Nikkil Sudharsanan, Heidelberg University
Maarten J. Bijlsma , Max Planck Institute for Demographic Research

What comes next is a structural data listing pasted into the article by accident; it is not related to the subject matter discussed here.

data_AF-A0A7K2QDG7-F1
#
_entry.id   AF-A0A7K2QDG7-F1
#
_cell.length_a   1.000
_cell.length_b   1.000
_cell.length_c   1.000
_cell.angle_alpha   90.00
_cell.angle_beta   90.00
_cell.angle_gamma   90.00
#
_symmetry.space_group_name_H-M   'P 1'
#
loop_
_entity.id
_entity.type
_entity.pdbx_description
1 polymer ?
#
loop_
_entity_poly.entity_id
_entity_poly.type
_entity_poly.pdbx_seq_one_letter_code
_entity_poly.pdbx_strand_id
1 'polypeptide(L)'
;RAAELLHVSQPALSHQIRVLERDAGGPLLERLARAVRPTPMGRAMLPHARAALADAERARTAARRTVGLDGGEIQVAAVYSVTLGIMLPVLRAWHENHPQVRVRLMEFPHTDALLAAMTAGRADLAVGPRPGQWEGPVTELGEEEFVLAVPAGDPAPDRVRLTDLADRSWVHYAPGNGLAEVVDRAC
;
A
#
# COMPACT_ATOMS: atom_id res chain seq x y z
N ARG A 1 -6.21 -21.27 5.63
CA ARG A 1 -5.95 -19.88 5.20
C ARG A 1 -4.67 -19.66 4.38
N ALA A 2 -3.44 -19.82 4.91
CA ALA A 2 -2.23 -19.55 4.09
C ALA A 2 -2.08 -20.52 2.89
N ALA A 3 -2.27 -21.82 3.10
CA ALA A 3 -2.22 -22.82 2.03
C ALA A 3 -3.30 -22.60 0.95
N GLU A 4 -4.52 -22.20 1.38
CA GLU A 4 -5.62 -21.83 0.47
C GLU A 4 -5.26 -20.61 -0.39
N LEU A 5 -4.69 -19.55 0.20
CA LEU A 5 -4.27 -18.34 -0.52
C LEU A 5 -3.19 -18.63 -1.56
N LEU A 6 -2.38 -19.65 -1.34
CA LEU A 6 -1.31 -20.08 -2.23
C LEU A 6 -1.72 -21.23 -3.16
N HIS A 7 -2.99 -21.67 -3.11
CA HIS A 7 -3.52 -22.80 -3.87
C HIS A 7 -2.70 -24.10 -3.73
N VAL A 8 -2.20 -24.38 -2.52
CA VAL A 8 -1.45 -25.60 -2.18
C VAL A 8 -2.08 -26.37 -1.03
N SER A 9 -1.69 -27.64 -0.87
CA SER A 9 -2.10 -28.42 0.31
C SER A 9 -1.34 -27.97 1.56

One central aim of the population sciences is to understand why one population has different levels of health and well-being compared to another. Various demographic and regression decompositions have been used to decompose population-differences in a wide range of outcomes. We provide a way of implementing an alternative decomposition method that, under certain assumptions, adds a causal interpretation to the decomposition by building upon counterfactual-driven methods. Our approach has the advantage of flexibility to accommodate different types of outcome variables and any summary population measure. By using Monte Carlo methods, our approach does not rely on closed-form approximate solutions and can be applied to any parametric model without having to derive any decomposition equations. We demonstrate our approach through two motivating examples using data from the 1970 British Birth Cohort Study and the Korean Longitudinal Study of Aging. Our first example decomposes socioeconomic status differences in three different summary measures of fertility and our second addresses the classic demographic question of the contribution of smoking to sex differences in life expectancy. Together, our two examples outline how to implement a very generalized decomposition procedure that is theoretically grounded in counterfactual theory but still easy to apply to a wide range of situations. We provide example R-code and an R-function [package in development].